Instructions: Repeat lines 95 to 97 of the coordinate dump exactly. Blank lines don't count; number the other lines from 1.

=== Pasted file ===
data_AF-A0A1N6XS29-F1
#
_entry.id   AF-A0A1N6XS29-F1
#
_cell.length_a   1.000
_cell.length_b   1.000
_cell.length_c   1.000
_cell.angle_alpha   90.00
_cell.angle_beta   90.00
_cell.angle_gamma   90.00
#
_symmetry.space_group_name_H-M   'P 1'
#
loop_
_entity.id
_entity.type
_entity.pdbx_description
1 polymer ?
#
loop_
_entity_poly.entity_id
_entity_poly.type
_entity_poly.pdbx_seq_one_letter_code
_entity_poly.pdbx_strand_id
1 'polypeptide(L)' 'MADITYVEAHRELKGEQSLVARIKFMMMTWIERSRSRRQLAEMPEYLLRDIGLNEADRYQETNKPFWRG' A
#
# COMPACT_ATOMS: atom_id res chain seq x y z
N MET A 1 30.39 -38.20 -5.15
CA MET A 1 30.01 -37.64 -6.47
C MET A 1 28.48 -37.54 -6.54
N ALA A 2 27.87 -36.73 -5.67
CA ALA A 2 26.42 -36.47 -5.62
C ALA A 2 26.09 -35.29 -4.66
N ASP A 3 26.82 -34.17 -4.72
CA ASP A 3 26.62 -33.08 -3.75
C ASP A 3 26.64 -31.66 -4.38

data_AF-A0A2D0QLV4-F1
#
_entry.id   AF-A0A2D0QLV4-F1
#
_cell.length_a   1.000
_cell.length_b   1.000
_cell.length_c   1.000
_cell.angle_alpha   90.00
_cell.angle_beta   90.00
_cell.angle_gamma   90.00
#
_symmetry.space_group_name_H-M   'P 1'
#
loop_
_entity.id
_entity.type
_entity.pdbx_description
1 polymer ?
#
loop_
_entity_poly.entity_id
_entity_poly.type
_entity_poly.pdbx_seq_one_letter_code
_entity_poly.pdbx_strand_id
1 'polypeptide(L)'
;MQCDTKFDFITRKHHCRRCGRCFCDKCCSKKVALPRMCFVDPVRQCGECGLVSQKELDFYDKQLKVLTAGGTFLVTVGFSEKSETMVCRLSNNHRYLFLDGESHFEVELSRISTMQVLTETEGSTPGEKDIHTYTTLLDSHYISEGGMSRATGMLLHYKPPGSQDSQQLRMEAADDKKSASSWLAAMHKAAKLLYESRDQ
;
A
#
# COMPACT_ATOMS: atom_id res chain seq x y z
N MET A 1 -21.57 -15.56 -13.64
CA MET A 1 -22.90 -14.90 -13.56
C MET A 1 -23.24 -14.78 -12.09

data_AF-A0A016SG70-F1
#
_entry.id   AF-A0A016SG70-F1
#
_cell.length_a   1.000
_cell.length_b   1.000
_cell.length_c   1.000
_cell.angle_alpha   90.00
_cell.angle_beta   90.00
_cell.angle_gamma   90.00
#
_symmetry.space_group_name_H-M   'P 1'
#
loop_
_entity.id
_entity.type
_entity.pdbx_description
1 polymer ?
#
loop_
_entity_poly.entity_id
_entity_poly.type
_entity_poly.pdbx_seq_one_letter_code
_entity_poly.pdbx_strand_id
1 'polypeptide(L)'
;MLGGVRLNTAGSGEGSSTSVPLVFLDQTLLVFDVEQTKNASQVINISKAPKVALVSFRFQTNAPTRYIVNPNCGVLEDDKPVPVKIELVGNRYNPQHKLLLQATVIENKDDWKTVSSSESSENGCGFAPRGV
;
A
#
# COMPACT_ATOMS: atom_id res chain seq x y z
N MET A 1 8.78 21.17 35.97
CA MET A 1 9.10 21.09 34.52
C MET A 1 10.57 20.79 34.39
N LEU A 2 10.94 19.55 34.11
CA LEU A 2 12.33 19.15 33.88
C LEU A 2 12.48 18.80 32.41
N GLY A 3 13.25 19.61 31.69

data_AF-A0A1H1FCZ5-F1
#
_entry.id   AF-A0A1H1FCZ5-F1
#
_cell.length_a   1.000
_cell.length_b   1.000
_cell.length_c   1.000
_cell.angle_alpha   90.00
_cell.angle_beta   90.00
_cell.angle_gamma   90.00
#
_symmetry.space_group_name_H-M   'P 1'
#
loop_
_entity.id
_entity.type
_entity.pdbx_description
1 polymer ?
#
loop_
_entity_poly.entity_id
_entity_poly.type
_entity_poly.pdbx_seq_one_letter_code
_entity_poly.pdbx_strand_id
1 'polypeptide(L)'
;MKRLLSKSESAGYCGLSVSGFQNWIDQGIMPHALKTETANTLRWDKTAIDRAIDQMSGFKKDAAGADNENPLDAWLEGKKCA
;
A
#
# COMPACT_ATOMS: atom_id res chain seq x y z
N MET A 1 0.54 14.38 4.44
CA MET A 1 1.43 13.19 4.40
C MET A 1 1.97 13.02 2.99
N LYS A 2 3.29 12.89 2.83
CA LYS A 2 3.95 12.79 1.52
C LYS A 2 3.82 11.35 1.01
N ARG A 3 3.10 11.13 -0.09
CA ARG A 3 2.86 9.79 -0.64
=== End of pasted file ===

;MLGGVRLNTAGSGEGSSTSVPLVFLDQTLLVFDVEQTKNASQVINISKAPKVALVSFRFQTNAPTRYIVNPNCGVLEDDKPVPVKIELVGNRYNPQHKLLLQATVIENKDDWKTVSSSESSENGCGFAPRGV
;
A